The appellate court setback came despite the Supreme Court last June 11 ruling that the Panlilio clan had already redeemed the 1,493-square-meter parking lot beside the boarded-up hotel from the City of Manila, said Grand Boulevard counsel Marlo Cristobal.

The lawyer also said the previous injunctive relief and stay order that the Manila Regional Trial Court had extended to the beleaguered hotel as a consequence of its petition for rehabilitation has shielded the property from creditors and claimants like Gatchalian and the City of Manila.

Gatchalian is represented in the Court of Appeals by Gancayco Balasbas and Associates.

Urdaneta feud widens

The homeowners' feud among the senores and senoras of Urdaneta Apartments not only has been prolonged but has now even widened.

Dr. Daniel Vasquez and his ally, Maria Pacita Cruz, have managed to round up a few neighbors in the persons Lourdes Moy and of brother-and-sister Frederick Dee and Christine Dee-Araneta and last week filed yet another court case against the board of the homeowners' association.

In a derivative suit at the Makati Regional Trial Court, Vasquez and his allies are seeking the appointment of a receiver, ironically similar to a case filed by the Urdaneta board also last week, as well an accounting of funds and a stop to the homeowners' association underwriting the legal defense of board members being sued by Vasquez.

The homeowners' feud erupted over the issue of the costs of repainting and fireproofing the nearly five-decade-old building.

But the end game of the homeowners' fireworks, if resident S. Cuttle Butt is to be believed, is a potentially lucrative plan to redevelop the country's first residential condominium and maximize its already antiquated floor-to-area ratio.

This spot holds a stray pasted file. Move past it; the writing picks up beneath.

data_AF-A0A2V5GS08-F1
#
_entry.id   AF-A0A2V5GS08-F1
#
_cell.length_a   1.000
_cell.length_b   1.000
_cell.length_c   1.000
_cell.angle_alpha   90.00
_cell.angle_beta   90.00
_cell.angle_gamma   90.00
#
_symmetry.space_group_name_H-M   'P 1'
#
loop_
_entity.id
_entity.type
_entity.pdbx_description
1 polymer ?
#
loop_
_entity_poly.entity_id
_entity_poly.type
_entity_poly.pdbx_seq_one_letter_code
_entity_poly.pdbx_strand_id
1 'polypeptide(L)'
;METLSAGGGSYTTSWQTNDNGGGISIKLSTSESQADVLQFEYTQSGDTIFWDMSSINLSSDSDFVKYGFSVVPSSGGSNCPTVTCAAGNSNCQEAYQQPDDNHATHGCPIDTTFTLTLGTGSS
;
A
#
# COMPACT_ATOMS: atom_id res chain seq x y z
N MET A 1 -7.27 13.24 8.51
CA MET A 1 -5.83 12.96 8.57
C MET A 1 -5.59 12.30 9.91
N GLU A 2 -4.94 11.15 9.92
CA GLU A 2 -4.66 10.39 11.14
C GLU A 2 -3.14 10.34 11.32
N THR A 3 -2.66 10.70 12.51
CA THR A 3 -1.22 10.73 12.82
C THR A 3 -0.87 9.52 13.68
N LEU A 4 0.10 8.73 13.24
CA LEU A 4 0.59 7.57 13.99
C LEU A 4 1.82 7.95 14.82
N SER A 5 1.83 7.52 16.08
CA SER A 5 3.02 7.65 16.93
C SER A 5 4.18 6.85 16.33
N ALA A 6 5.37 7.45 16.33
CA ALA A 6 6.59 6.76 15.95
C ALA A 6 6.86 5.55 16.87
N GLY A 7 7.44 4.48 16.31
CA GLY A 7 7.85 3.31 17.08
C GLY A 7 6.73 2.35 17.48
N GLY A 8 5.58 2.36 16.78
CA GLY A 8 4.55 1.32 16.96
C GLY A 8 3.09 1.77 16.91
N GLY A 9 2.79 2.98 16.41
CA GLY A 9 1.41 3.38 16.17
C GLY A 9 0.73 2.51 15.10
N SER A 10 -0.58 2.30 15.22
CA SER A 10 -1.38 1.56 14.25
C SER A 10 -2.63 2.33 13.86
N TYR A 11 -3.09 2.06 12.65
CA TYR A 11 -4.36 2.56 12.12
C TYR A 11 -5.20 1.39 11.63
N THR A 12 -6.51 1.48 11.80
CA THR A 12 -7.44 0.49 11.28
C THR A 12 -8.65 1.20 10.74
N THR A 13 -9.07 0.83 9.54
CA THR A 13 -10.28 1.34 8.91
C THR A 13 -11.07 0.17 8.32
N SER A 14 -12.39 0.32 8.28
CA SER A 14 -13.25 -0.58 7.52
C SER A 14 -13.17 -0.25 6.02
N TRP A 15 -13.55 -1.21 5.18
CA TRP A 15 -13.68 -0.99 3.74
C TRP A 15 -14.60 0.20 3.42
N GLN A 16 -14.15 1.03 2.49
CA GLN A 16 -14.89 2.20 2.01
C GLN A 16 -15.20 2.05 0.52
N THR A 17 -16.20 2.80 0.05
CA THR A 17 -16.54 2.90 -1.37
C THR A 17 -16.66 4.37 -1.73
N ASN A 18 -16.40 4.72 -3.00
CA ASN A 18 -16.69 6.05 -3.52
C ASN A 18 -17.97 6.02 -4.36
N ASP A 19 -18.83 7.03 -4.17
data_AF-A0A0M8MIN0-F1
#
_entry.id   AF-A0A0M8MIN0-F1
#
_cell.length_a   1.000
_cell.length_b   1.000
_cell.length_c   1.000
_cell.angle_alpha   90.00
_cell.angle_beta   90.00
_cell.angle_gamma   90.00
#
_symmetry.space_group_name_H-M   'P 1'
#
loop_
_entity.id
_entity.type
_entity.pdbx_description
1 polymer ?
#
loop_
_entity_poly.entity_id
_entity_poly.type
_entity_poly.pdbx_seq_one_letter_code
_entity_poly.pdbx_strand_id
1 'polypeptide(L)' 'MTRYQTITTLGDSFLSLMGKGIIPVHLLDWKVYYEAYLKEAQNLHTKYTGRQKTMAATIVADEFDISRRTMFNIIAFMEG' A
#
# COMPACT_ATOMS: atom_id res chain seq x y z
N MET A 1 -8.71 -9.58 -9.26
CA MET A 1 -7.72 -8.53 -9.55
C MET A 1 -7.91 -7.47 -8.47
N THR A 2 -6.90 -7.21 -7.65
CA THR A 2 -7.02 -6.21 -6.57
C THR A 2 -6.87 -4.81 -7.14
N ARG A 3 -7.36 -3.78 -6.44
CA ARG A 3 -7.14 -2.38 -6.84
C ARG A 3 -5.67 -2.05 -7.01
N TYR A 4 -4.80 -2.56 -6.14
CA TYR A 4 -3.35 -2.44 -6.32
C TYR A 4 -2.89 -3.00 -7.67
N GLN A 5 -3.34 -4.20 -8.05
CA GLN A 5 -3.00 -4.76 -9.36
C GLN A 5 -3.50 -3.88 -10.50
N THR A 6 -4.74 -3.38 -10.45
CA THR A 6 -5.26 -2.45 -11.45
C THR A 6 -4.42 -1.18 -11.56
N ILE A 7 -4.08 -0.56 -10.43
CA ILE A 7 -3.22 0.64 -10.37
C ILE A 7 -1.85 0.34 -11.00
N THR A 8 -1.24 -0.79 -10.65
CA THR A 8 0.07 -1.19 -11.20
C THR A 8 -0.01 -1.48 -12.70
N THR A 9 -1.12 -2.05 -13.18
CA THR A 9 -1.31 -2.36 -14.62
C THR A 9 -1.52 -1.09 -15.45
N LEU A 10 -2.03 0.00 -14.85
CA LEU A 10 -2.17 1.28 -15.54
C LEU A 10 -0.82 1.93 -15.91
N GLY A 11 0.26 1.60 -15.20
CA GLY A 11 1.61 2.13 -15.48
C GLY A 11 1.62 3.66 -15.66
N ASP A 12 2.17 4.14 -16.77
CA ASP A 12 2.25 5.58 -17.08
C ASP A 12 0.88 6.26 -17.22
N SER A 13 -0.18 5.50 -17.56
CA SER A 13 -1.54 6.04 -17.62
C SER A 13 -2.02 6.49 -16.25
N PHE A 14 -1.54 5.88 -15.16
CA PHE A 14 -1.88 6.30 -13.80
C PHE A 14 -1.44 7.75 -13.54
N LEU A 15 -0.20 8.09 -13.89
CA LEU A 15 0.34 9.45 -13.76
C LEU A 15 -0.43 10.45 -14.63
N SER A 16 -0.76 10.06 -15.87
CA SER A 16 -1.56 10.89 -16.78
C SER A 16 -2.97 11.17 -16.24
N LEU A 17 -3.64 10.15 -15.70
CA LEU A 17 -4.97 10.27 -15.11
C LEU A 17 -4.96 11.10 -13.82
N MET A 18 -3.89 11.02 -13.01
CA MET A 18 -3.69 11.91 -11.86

Ombudsman gives Arroyo lawyer his day

He may be on the wrong side of the political fence, but Mike Arroyo counsel Jesus Santos has been given by the Ombudsman his proverbial day in court.

Director Mothalib Onos of the Ombudsman's Preliminary Investigation Administrative Adjudicative Bureau has ordered president Roberto Vergara of the Government Service Insurance System and Mario Aguja, chairman of the GSIS Provident Fund, to answer Santos' complaint as to why his provident fund benefits as a retired GSIS board member was being withheld when another GMA appointee, Vergara's predecessor Winston Garcia, had received his.

Vergara, in an earlier communication with Santos, claimed that the GSIS had yet to obtain clearance from the Commission on Audit on whether or not the 88-year-old retiree is indeed entitled to the provident fund benefits.

In addition to Santos, Vergara has also withheld the retirement benefits of another GSIS trustee, the late National Artist Alejandro Roces, whose dying wish was to donate his modest retirement benefits to cultural causes.

Heard through the grapevine

Snail mail and Christmas cards are apparently still alive and well in Malacanang.

P.Noy's social secretary, former model Susan Reyes, will be mailing out 2,500 Yuletide cards to a select circle of the so-called KKK friends, Cabinet officials, diplomats and a few one percenters this coming season of joy.